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Detailed Information on Landslip Warning System

Shum Wan Road Lanslide in 1995

Each year, on average, approximately three to four hundred landslides are reported to the Geotechnical Engineering Office (GEO).  Most landslides in Hong Kong are caused by heavy rainfall. By using a combination of real-time rainfall data and rainfall forecasts from the Hong Kong Observatory (HKO), and based on our study on the landslip/rainfall relationship, the GEO is able to identify instance when landslide danger is high and when it would be appropriate to issue the Landslip Warning jointly with the HKO. The issuing of the Landslip Warning also triggers an emergency system within government departments, which mobilizes staff and other resources to deal with landslide incidents.

Landslip Warning Symbol

The purpose of the Landslip Warning is to alert the public and reduce their exposure to possible danger from landslides.  It is different from the Amber, Red and Black Rainstorm Warnings that are issued by the HKO to alert the public to the occurrence of heavy rain.  Most landslides are small, but occasionally large ones occur. Landslides, particularly when large, can cause casualties, damage property and block roads.  Therefore, the public should keep vigilant against landslide danger when the Landslip Warning is in force.

GEO raingauge
GEO raingauge system

Considerations for Issuing the Landslip Warning

The GEO has been operating an extensive network of automatic raingauges providing real-time rainfall data for use in the Landslip Warning System since 1984.  Real-time rainfall data of the GEO raingauges are transmitted via 3G mobile network, which provides a reliable and flexible telecommunication system. The data capture, control and processing system receives data from the 90 GEO raingauges and from an additional 31 automatic raingauges operated by the HKO and other government department. The raingauge system utilises modern, advanced data logging and processing equipment and software.

Decisions as to whether to issue or cancel the Landslip Warning are made jointly by the Director of the HKO and the Head of the GEO. The Landslip Warning will be issued if the 24-hour rainfall is expected to be heavy enough to cause numerous landslides. The criterion for the issue of the Landslip Warning is related to the size of the area receiving heavy rainfall, the rainfall intensity and the number of slopes in the affected area. The latest weather information available including short-term rainfall forecast is also considered.

In order to issue timely warnings to the public, the HKO proactively monitor the weather conditions in and around Hong Kong. In addition to data from raingauges, the HKO uses radars to monitor continuously the movement and development of rain-bearing clouds. High-resolution meteorological satellite images also provide information on cloud patterns around Hong Kong.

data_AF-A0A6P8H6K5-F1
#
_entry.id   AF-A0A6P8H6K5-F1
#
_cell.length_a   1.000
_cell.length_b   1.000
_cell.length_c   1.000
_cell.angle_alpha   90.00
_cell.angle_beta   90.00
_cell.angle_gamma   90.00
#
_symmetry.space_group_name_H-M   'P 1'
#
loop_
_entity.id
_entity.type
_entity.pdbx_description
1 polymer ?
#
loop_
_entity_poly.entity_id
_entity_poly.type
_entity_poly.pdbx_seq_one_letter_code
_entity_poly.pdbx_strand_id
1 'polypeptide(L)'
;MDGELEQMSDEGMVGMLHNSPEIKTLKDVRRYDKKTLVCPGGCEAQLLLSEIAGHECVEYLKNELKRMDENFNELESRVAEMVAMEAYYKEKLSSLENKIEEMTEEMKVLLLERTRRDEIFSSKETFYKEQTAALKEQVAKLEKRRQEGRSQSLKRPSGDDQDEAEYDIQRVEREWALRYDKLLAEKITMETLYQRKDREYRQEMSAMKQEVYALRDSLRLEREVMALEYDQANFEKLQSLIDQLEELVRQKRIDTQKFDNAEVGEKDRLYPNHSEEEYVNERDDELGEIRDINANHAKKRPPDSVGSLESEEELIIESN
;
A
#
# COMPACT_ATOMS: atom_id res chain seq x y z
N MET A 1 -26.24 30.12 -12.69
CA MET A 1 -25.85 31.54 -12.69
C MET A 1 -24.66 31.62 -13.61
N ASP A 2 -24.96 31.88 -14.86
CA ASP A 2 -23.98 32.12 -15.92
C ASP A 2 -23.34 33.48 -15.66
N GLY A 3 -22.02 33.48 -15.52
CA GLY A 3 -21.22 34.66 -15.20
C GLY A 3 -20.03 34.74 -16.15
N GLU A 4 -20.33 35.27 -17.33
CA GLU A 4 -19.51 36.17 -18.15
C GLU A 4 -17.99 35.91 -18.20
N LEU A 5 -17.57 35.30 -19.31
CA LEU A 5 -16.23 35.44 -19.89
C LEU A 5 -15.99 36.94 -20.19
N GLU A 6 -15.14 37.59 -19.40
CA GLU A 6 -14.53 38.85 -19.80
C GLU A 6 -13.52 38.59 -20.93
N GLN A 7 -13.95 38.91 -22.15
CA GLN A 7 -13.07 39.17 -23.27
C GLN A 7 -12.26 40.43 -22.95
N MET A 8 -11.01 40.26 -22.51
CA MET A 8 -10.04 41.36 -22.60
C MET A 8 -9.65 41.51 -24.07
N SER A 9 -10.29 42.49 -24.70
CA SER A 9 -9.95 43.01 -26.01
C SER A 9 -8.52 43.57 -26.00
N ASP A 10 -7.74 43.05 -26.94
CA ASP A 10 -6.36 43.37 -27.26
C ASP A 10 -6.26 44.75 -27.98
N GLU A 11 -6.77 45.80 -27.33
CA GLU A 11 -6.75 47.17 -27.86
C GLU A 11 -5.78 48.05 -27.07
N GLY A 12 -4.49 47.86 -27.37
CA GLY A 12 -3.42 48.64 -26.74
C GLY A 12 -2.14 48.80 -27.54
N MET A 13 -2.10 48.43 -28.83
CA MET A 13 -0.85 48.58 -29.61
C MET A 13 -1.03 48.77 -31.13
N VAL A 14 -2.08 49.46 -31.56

Neither weather forecasting nor landslide prediction can be regarded as exact sciences. There will inevitably be occasions when the Landslip Warning is raised and not many landslides occur. On the other hand, if heavy rain develops suddenly and unexpectedly, landslides can occur before the Landslip Warning is issued.

The criteria for the issue and cancellation of the Landslip Warning are reviewed regularly to take account of the gradual improvement in slope safety and technology.

Keep away from slopes Watch out for the Landslip Warning

When the Landslip Warning is in Force

When the Landslip Warning is issued, the Warning is broadcasted to the public by local radio, television channels, government websites and mobile apps, together with advice on the precautions that should be taken. The Hong Kong Slope Safety Website ( ) also publishes the warning message and the number of landslide incidents reported to the GEO at regular intervals.

When the Landslip Warning is in force, the public should stay away from slopes and be cautious of landslide danger. The Home Affairs Department opens temporary shelters for the public including anyone whose dwelling is endangered by unstable slopes or boulders. Pedestrians should avoid walking or standing close to steep slopes, especially where landslip warning signs are erected. When the landslide situation is becoming serious, members of the public are advised to cancel non-essential appointments and to stay at home or in a safe shelter. Motorists are advised to avoid driving in hilly areas or on roads with landslip warning signs.

For an update on the situation with respect to weather warnings, members of the public can use the HKO’s “My Observatory” mobile app and the HKO Dial-a-weather service at 187 8200. Weather information is also available on the HKO's Internet Homepage ( ).